30. Model how to figure the velocity of the wave using the v = d/t formula used in previous lessons. Leave the model on the board as students calculate the velocity of the waves from the experiments. Remind students that the velocities require that units of measure be labeled. As velocities are being calculated, circulate and give formative feedback to affirm that students are calculating correctly and using correct labels, or guide them towards correct calculations and labels. Mark the Formative Assessment Checklists.

31. Begin a class discussion of what was discovered from the experiments. Compare how the wave behaved in different media (refer to the vocabulary card and definition). Collect the data sheets and give written formative feedback as to the information recorded.

32. Students complete their daily journal entries by discussing why they think waves behave so differently in different media.

33. Collect the journals and give formative feedback as to whether the student understands that waves behave differently in different media. You are not assessing exact velocities and/or facts, but whether students understand the waves behave differently in different media. Mark the Formative Assessment Checklists.


Session Three: (Day nine of the unit)

34. Gain the students’ attention by showing one of the pictures of simple machines in the real world. Ask what kind of simple machine is shown and what task it makes possible. Mark the formative assessment checklists.
Making everything relevant –

35. Review the unit question and scenario from the lesson plan, Responsibility, completed on day two of the unit and now on display on the wall of the classroom.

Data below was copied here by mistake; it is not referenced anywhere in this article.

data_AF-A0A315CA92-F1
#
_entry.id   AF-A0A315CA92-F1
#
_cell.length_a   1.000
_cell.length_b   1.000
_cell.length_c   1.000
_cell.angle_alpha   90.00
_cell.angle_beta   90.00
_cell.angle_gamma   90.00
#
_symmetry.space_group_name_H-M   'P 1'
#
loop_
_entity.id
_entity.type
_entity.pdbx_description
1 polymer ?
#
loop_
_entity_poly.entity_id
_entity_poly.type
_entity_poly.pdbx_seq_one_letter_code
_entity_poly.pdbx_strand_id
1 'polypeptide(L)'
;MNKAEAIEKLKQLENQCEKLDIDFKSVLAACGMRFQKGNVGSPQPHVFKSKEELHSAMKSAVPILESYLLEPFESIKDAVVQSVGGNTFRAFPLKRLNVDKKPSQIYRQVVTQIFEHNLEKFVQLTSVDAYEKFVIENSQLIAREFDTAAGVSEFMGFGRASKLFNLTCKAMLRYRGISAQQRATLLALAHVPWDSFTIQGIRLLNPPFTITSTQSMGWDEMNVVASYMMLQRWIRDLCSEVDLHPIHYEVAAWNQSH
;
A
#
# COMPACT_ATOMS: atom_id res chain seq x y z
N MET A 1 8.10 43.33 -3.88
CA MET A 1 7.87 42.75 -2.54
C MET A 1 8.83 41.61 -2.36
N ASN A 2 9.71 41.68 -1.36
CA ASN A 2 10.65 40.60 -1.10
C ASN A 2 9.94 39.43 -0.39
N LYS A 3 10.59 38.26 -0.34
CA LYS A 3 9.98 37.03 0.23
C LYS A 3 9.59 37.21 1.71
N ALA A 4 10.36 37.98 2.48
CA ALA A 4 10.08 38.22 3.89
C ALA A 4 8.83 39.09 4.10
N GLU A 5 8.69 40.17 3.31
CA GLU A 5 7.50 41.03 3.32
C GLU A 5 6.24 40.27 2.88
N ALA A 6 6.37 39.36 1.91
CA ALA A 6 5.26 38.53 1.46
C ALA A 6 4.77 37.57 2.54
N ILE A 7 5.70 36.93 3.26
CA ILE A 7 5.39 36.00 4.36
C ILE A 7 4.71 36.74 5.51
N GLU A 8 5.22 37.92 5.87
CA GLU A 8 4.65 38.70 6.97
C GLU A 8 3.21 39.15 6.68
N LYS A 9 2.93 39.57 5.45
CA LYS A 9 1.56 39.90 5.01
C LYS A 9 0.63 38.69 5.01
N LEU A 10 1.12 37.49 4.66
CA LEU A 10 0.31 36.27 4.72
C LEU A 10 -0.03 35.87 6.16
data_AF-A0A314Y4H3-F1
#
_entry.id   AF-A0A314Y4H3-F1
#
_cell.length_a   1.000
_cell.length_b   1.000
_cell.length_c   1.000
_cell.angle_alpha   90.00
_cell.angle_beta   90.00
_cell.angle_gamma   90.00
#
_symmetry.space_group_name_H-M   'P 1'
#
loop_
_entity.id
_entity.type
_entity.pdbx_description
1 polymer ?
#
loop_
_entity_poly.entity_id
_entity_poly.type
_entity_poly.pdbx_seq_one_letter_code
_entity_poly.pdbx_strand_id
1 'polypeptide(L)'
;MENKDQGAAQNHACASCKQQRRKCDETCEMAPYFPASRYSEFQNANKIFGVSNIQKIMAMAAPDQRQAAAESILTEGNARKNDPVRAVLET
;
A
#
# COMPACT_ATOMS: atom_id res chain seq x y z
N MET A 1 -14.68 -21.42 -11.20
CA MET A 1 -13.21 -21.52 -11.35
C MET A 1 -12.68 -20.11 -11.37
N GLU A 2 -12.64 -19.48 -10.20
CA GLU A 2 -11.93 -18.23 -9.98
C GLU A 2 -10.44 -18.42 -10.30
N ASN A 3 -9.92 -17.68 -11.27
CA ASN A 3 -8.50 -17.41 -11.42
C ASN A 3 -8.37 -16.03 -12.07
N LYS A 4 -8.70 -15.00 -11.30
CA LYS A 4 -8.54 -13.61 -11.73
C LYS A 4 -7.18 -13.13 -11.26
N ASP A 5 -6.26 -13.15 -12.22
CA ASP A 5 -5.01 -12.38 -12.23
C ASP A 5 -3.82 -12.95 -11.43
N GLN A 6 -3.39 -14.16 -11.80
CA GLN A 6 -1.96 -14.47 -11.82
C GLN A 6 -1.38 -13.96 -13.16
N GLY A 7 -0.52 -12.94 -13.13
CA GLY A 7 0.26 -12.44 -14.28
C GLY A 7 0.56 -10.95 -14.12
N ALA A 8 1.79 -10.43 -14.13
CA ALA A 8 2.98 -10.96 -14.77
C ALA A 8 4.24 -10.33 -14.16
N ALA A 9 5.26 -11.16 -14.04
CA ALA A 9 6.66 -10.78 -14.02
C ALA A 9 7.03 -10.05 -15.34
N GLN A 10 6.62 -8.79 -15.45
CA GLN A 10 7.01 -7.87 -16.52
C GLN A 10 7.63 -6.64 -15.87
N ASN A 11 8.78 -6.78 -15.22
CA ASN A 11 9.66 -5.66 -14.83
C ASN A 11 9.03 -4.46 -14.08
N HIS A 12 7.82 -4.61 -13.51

36. Review the chart that displays the two ways that were chosen as the main ways to demonstrate responsibility to others involving having a television in our own room. Those are: 1) The television must be turned off when I leave the room or fall asleep. 2) The volume will not bother others.

37. Remind students of their project for Summative Assessment #3, a machine that will turn off the television. Remind students of the due date.

Science-

38. The objective of today’s science lesson is to assist students in transferring their knowledge of how waves behave in different media to manipulating sound waves in order to soundproof an area.

39. Review the conclusion from the wave behavior experiments performed yesterday by having a discussion with students and asking leading questions. Questions may include:
1) Yesterday we found that waves traveled best in water. Why do you think that is so?
2) Buttermilk is a liquid like water. Why didn’t the wave travel as well in the buttermilk as it did in the water?
3) What was the behavior of the wave when the coin was dropped into the sand? Why?
4) Do you think a liquid or solid allows waves to travel the easiest?
5) Do waves travel through air? How do you know?

40. Turn on a portable radio/CD player. Ask students how they are hearing the music. Elicit the responses that the music is traveling in sound waves.

41. Remind students of their responsibility goal of being able to control the sound others hear from the television in their room. Ask students what about the volume must be controlled. Elicit the response that the sound waves are what must be controlled in order to control the volume.

42. Present the vocabulary word, soundproof and its definition. Add them to the unit word wall.

43. Ask each student to turn to their closest neighbor to discuss how they might soundproof the radio. Allow about one minute for students to think and discuss. Then direct a sharing of the ideas the pairs have discussed. This think-pair-share activity should not take more than 5 minutes total, but allows the students an opportunity to think about soundproofing and waves.